Essex Environmental Awards made a grant of £13,000 towards the current work of underpinning the north wall of St Mary’s Church TB. This work was necessary prior to the construction of new vestry rooms and disabled facilities. Canon the Rev Colin Davis was delighted to receive a grant at this stage of the project, which was due for completion in November 2003 at a cost of £425,000.

It was revealed that Birch Hall, the home of village resident David Sullivan, was now worth fifteen million pounds. The Sunday Times national newspaper listed the building as one of the “Ten Fabulous Homes” in Britain; it was also placed 38th in a similar list published by the Sunday Express. The house contained an indoor and outdoor swimming pool, cinema, ten-pin bowling alley, and a corridor lined with trophies and memorabilia relating to Birmingham City Football Club of which Sullivan was the current Chairman.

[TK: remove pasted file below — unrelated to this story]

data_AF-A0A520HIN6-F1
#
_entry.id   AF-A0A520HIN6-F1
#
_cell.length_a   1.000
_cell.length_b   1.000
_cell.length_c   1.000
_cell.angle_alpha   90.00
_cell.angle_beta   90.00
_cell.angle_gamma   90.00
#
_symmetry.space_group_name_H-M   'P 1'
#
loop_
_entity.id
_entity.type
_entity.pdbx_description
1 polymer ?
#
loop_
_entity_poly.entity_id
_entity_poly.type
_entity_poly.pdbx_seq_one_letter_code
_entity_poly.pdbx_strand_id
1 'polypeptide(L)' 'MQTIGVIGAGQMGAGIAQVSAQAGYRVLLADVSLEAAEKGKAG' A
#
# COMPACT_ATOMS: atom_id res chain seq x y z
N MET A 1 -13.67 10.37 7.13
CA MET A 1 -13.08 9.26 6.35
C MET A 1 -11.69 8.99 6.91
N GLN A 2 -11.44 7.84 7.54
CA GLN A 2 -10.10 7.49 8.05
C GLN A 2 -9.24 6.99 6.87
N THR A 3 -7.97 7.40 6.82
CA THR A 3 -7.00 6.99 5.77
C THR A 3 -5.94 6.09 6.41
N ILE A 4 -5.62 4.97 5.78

Dr Chris Pond from the Loughton Historical Society was the speaker at the Theydon Bois Baptist Men’s Meeting. His subject was the Palace of Westminster where he was currently responsible for the administration of the reference library used by MPs and Lords. He gave a fascinating insight into the history of the building and the current function of the Houses of Commons and Lords. His talk was supported by many excellent photographic slides.

Each pupil at the Village Primary School received a copy of the Bible when by the Bible for Children organisation paid a recent visit as part of its scheme to advance the knowledge if Christianity in schools, and help with financial burden of buying books. Head Teacher Elspeth Bonds said “It’s exciting to be involved in this project and we know that every family will benefit from each child having a Bible. We intend to use the Bibles in the School”.